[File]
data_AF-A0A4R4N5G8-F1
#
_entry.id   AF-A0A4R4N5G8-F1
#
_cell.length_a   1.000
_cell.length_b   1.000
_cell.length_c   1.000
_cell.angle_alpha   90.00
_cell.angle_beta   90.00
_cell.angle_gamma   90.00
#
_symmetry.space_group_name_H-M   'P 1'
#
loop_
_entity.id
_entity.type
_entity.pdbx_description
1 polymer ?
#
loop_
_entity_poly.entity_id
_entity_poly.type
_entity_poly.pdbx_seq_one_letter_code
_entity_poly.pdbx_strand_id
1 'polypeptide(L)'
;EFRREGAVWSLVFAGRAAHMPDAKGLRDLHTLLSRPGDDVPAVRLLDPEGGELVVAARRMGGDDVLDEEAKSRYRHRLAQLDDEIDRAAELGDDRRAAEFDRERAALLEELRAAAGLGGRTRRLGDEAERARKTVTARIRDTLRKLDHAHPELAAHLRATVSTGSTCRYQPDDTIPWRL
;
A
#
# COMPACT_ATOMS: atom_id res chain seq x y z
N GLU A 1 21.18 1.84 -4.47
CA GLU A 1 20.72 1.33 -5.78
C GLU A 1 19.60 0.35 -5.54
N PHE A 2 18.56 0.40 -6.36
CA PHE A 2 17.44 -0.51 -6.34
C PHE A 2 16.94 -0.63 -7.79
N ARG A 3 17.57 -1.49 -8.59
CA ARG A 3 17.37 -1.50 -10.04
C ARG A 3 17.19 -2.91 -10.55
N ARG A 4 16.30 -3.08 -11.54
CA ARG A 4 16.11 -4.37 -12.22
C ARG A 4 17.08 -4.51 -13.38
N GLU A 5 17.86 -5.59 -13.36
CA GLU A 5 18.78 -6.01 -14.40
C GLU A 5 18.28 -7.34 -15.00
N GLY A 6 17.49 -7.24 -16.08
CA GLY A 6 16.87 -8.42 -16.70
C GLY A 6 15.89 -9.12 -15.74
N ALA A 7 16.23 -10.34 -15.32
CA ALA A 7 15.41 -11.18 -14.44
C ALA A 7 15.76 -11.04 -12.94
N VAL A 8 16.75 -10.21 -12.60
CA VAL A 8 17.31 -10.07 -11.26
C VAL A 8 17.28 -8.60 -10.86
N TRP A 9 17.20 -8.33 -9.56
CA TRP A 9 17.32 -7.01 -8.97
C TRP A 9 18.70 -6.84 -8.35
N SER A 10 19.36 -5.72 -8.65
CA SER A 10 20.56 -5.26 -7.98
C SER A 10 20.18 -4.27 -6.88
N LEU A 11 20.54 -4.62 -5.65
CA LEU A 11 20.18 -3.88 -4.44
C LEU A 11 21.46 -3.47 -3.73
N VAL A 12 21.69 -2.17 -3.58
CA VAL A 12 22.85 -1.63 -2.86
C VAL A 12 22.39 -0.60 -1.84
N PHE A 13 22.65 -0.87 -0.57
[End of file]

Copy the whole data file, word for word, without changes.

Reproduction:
data_AF-A0A4R4N5G8-F1
#
_entry.id   AF-A0A4R4N5G8-F1
#
_cell.length_a   1.000
_cell.length_b   1.000
_cell.length_c   1.000
_cell.angle_alpha   90.00
_cell.angle_beta   90.00
_cell.angle_gamma   90.00
#
_symmetry.space_group_name_H-M   'P 1'
#
loop_
_entity.id
_entity.type
_entity.pdbx_description
1 polymer ?
#
loop_
_entity_poly.entity_id
_entity_poly.type
_entity_poly.pdbx_seq_one_letter_code
_entity_poly.pdbx_strand_id
1 'polypeptide(L)'
;EFRREGAVWSLVFAGRAAHMPDAKGLRDLHTLLSRPGDDVPAVRLLDPEGGELVVAARRMGGDDVLDEEAKSRYRHRLAQLDDEIDRAAELGDDRRAAEFDRERAALLEELRAAAGLGGRTRRLGDEAERARKTVTARIRDTLRKLDHAHPELAAHLRATVSTGSTCRYQPDDTIPWRL
;
A
#
# COMPACT_ATOMS: atom_id res chain seq x y z
N GLU A 1 21.18 1.84 -4.47
CA GLU A 1 20.72 1.33 -5.78
C GLU A 1 19.60 0.35 -5.54
N PHE A 2 18.56 0.40 -6.36
CA PHE A 2 17.44 -0.51 -6.34
C PHE A 2 16.94 -0.63 -7.79
N ARG A 3 17.57 -1.49 -8.59
CA ARG A 3 17.37 -1.50 -10.04
C ARG A 3 17.19 -2.91 -10.55
N ARG A 4 16.30 -3.08 -11.54
CA ARG A 4 16.11 -4.37 -12.22
C ARG A 4 17.08 -4.51 -13.38
N GLU A 5 17.86 -5.59 -13.36
CA GLU A 5 18.78 -6.01 -14.40
C GLU A 5 18.28 -7.34 -15.00
N GLY A 6 17.49 -7.24 -16.08
CA GLY A 6 16.87 -8.42 -16.70
C GLY A 6 15.89 -9.12 -15.74
N ALA A 7 16.23 -10.34 -15.32
CA ALA A 7 15.41 -11.18 -14.44
C ALA A 7 15.76 -11.04 -12.94
N VAL A 8 16.75 -10.21 -12.60
CA VAL A 8 17.31 -10.07 -11.26
C VAL A 8 17.28 -8.60 -10.86
N TRP A 9 17.20 -8.33 -9.56
CA TRP A 9 17.32 -7.01 -8.97
C TRP A 9 18.70 -6.84 -8.35
N SER A 10 19.36 -5.72 -8.65
CA SER A 10 20.56 -5.26 -7.98
C SER A 10 20.18 -4.27 -6.88
N LEU A 11 20.54 -4.62 -5.65
CA LEU A 11 20.18 -3.88 -4.44
C LEU A 11 21.46 -3.47 -3.73
N VAL A 12 21.69 -2.17 -3.58
CA VAL A 12 22.85 -1.63 -2.86
C VAL A 12 22.39 -0.60 -1.84
N PHE A 13 22.65 -0.87 -0.57